South Korea on Saturday reacted to a court order for Japan to compensate former "comfort women" over their treatment in Japanese military brothels by vowing to seek an "amicable solution" and "make every effort to continue constructive and future-oriented cooperation" with its neighbor.
The Foreign Ministry, in a statement, acknowledged that a 2015 bilateral agreement on settling the comfort women issue was an official one, and thus South Korea "has a policy not to make any additional claims against Japan at the government level."
But it said Seoul has neither the right nor the authority to prevent the victims themselves from raising concerns, adding that "the real problem cannot be solved only by agreements between the governments that do not reflect the intentions of the victims."
The government will therefore consult with the comfort women victims "and endeavor to achieve an amicable solution"
Japan, meanwhile, should make "a genuine effort to restore the victims' honor and dignity, and heal wounds," it said.
Earlier, Japanese Foreign Minister Toshimitsu Motegi urged South Korea to "immediately" take action against the Seoul District Court's Jan. 8 ruling, which became final Saturday with Tokyo not appealing, saying it "clearly goes against international law and an agreement between the Japanese and South Korean governments."
"It is extremely regrettable and utterly unacceptable," Motegi said in a statement.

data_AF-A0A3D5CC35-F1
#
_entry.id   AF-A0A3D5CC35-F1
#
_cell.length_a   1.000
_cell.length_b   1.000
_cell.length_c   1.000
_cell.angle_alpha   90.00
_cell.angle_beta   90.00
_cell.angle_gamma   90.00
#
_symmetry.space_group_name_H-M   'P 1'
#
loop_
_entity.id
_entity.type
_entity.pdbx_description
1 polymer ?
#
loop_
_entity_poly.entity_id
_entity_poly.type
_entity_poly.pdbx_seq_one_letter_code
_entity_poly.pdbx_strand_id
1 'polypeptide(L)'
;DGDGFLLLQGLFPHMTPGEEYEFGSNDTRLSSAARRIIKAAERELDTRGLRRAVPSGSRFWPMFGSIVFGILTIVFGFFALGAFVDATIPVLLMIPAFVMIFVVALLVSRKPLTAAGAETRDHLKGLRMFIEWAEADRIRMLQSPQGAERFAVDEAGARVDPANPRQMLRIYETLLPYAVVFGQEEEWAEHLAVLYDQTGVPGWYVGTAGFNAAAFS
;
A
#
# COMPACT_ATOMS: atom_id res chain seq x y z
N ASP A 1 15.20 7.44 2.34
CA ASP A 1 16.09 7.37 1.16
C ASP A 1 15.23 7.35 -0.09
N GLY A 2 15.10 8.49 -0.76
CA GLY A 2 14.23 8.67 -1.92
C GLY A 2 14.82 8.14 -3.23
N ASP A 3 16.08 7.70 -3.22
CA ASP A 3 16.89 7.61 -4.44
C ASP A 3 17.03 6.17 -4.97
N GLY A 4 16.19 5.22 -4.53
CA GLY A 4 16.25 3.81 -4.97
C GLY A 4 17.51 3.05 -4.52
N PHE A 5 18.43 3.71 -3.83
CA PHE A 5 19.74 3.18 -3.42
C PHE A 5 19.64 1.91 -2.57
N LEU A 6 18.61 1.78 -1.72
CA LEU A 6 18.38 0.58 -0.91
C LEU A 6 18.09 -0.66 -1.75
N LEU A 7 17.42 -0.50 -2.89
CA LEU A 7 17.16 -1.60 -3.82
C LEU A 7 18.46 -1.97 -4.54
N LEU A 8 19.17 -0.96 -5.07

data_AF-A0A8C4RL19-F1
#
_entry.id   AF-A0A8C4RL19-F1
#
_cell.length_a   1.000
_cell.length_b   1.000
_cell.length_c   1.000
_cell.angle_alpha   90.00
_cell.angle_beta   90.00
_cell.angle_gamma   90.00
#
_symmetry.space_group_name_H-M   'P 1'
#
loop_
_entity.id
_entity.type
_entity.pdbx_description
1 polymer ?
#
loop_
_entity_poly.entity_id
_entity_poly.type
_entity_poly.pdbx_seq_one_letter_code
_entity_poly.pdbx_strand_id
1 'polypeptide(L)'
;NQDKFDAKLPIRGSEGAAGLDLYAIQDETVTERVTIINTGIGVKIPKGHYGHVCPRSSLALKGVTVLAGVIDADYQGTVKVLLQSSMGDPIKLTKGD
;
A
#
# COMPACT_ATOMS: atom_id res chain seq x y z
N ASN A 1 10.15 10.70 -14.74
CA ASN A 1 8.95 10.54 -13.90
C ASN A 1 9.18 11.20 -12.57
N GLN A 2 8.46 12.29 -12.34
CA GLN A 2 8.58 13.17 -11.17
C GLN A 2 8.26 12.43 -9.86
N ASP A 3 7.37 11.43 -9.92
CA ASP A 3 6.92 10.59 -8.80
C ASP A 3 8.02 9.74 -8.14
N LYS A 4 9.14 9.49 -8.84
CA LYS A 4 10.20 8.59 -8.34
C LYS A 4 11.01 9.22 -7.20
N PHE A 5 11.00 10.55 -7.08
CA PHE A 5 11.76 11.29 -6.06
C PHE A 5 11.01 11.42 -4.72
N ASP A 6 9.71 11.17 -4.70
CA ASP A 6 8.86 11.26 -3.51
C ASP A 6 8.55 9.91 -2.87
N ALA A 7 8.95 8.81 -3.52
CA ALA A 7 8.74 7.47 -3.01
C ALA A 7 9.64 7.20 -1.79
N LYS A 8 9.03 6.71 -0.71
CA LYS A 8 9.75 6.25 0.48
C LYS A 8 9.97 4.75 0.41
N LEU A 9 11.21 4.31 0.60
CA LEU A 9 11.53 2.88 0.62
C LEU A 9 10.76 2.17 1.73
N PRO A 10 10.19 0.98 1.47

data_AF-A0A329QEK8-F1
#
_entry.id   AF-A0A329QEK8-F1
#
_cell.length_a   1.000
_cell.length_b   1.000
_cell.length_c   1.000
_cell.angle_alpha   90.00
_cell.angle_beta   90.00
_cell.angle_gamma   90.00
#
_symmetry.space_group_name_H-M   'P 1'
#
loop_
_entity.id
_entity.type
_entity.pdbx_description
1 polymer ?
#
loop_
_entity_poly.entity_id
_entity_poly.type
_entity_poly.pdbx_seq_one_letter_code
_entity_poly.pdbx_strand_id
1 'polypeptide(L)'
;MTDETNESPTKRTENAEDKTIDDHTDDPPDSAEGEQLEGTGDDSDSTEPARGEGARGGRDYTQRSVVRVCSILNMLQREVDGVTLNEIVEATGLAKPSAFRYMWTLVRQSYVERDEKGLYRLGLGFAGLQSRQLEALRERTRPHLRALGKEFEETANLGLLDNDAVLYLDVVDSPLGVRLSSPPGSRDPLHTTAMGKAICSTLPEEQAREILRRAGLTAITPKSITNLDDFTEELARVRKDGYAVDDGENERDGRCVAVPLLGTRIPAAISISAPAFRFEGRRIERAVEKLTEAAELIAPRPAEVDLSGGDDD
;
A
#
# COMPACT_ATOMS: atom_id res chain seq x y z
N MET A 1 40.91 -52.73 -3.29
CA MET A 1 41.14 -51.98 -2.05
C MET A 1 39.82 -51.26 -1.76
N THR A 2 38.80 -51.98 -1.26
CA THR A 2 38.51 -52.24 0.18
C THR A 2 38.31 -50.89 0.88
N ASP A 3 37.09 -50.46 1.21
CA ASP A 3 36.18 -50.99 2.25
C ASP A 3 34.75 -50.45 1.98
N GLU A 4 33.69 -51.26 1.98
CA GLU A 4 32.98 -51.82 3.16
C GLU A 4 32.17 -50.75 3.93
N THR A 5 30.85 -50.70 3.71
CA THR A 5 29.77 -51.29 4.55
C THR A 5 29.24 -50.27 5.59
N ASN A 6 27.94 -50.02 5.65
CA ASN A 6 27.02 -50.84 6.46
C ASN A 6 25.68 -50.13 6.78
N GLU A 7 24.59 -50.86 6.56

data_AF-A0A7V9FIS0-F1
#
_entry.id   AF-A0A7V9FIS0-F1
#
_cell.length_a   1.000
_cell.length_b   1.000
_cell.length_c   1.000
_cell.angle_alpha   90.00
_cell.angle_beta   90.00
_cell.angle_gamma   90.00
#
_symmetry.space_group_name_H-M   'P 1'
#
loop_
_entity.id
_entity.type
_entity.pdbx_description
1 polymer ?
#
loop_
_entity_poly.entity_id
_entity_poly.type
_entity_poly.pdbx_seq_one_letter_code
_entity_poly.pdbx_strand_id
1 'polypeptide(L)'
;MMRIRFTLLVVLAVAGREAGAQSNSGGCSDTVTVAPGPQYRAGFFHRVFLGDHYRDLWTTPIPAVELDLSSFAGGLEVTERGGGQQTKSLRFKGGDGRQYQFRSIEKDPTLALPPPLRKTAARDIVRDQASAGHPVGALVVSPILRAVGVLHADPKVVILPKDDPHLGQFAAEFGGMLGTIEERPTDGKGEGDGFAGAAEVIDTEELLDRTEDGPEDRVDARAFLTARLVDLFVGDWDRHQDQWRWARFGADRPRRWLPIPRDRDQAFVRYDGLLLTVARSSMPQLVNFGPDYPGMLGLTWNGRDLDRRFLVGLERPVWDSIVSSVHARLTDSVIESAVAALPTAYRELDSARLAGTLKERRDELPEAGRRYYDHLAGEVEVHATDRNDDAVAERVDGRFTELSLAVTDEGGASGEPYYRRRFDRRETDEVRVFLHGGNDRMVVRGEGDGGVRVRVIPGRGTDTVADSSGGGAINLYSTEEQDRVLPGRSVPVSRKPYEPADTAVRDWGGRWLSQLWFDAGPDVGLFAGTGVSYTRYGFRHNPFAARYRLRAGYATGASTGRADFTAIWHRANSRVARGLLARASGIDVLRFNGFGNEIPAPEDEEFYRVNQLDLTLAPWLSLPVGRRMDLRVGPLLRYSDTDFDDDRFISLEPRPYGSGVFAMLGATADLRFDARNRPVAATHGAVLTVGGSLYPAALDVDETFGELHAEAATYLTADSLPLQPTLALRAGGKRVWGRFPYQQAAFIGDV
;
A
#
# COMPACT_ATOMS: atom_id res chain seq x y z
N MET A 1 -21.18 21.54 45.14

"Japan again strongly urges South Korea to immediately take appropriate measures to correct this state in violation of international law under its responsibility as a state," he said.
On Jan. 8, the court awarded 12 plaintiffs 100 million won ($90,400) each as demanded, saying the Japanese government committed "intentional, systematic and wide-ranging criminal acts against humanity."
It also granted a provisional execution of the compensation order, making it possible to immediately seize Japanese government assets.
Japan has said the lawsuit should be rejected on the grounds of sovereign immunity -- a principle under international law that allows a state to be shielded against the jurisdiction of foreign courts.
It also asserts the ruling goes against a bilateral agreement that settled all claims related to Japan's 1910-1945 colonial rule of the Korean Peninsula and a 2015 agreement the two governments struck to "finally and irreversibly" resolve the comfort women issue.
Under the 2015 deal, the Japanese government paid 1 billion yen ($9.63 million), and the money was distributed through a foundation to former comfort women and the families of those who died.
However, the foundation was dissolved in 2019 after the administration of South Korean President Moon Jae In concluded that the deal, reached under a previous government, failed to properly reflect the women's wishes. Some 5.7 billion won remains unused.
In a bid to improve bilateral ties, already at a historic low over another dispute on wartime labor, Moon told a press conference Monday he wants to discuss a resolution to the row with Japan.
But Japanese officials have been against the idea of holding talks to find mutual ground, saying it is not Japan's responsibility but up to the South Korean side which broke the international and bilateral agreements to come up with a resolution.
The ruling could worsen bilateral ties, which have sunk to the lowest point in decades following South Korean Supreme Court rulings in 2018 that ordered Japanese companies to compensate groups of South Koreans for forced labor during Japan's 1910-1945 colonial rule of the Korean Peninsula.